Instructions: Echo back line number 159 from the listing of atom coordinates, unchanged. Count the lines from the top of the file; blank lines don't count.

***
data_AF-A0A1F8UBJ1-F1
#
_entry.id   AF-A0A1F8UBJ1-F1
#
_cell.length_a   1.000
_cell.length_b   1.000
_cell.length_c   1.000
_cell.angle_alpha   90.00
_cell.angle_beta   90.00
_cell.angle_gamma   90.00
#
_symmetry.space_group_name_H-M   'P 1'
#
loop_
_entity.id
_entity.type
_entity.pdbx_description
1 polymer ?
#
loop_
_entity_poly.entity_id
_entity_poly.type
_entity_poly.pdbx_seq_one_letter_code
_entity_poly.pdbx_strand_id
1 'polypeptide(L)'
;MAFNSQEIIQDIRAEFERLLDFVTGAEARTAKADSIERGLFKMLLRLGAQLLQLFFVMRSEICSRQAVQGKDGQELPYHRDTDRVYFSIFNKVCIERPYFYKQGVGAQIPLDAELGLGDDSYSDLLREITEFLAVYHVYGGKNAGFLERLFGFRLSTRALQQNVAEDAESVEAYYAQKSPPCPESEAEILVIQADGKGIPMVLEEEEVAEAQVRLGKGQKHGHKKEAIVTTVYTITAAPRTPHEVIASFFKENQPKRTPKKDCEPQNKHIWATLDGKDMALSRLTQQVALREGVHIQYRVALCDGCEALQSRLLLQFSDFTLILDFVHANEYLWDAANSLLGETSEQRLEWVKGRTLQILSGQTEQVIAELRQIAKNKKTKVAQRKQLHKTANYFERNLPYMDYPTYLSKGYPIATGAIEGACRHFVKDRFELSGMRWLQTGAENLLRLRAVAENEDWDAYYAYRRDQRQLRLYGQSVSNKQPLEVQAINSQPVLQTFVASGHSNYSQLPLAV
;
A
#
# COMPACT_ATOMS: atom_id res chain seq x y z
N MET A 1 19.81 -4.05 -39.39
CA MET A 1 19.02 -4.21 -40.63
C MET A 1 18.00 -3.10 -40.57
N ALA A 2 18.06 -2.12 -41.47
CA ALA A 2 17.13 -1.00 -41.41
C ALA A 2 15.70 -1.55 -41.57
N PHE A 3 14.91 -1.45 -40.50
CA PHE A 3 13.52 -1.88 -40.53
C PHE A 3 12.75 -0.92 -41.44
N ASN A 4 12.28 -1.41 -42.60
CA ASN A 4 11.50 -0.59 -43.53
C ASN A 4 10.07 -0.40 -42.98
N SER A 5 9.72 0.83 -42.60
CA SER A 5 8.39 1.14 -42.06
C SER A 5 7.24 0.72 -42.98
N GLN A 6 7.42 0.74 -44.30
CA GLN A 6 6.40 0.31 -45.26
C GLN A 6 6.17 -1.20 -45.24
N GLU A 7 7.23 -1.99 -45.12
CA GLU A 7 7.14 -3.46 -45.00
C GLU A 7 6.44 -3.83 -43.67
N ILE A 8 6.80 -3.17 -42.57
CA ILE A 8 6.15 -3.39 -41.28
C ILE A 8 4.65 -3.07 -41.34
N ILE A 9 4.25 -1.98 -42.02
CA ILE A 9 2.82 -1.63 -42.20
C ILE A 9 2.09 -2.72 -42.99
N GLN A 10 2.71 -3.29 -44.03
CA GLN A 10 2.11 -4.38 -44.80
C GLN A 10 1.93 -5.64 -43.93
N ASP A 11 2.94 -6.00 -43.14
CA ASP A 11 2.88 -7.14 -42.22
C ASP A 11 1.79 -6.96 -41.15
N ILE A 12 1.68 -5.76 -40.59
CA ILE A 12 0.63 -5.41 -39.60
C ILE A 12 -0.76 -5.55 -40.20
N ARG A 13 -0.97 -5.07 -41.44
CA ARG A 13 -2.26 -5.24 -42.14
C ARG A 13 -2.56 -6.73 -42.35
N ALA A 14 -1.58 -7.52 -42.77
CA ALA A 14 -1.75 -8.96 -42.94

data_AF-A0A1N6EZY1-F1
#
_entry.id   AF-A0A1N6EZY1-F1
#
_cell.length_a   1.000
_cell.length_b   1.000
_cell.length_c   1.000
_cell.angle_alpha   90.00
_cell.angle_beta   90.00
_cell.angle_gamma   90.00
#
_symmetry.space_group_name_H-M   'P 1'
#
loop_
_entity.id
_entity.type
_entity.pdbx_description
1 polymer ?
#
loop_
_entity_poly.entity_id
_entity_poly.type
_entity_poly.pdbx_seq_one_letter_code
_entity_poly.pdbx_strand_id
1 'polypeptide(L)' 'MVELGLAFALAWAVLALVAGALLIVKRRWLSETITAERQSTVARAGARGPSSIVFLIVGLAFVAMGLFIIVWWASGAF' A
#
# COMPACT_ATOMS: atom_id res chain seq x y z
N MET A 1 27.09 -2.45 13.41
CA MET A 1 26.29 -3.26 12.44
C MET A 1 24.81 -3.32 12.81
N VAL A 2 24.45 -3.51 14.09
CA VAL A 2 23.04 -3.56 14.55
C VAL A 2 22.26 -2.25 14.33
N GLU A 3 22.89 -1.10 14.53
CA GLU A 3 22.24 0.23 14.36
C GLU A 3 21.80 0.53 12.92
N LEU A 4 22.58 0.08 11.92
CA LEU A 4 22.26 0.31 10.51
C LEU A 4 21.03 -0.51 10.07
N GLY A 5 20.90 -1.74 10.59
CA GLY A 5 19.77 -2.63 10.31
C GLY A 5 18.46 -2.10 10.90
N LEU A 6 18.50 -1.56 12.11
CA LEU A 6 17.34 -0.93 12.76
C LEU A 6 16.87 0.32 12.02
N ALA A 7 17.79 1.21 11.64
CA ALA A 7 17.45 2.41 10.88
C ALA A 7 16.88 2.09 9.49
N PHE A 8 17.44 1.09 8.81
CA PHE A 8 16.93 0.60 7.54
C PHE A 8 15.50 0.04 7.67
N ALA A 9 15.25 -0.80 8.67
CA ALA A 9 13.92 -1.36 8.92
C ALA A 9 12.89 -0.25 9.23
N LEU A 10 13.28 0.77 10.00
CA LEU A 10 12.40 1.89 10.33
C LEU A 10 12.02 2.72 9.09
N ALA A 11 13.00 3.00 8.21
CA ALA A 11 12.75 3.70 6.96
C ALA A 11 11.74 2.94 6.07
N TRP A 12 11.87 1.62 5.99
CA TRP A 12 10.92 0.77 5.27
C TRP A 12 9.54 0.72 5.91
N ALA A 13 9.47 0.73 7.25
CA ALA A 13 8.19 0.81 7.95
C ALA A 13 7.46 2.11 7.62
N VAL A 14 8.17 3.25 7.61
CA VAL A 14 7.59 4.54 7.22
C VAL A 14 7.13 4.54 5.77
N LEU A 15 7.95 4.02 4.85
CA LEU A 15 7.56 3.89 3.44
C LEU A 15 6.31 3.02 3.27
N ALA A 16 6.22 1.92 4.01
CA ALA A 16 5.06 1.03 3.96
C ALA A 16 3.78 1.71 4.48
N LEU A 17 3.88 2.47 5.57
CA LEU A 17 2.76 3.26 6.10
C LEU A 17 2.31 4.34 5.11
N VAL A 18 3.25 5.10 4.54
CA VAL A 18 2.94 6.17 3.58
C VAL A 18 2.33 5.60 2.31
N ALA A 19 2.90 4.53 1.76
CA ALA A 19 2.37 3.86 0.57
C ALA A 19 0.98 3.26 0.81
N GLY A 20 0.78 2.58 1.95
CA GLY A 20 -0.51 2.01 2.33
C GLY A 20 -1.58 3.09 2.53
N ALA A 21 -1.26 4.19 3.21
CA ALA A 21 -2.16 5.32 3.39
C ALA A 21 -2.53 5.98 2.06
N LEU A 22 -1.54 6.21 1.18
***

N ALA A 21 -1.26 4.19 3.21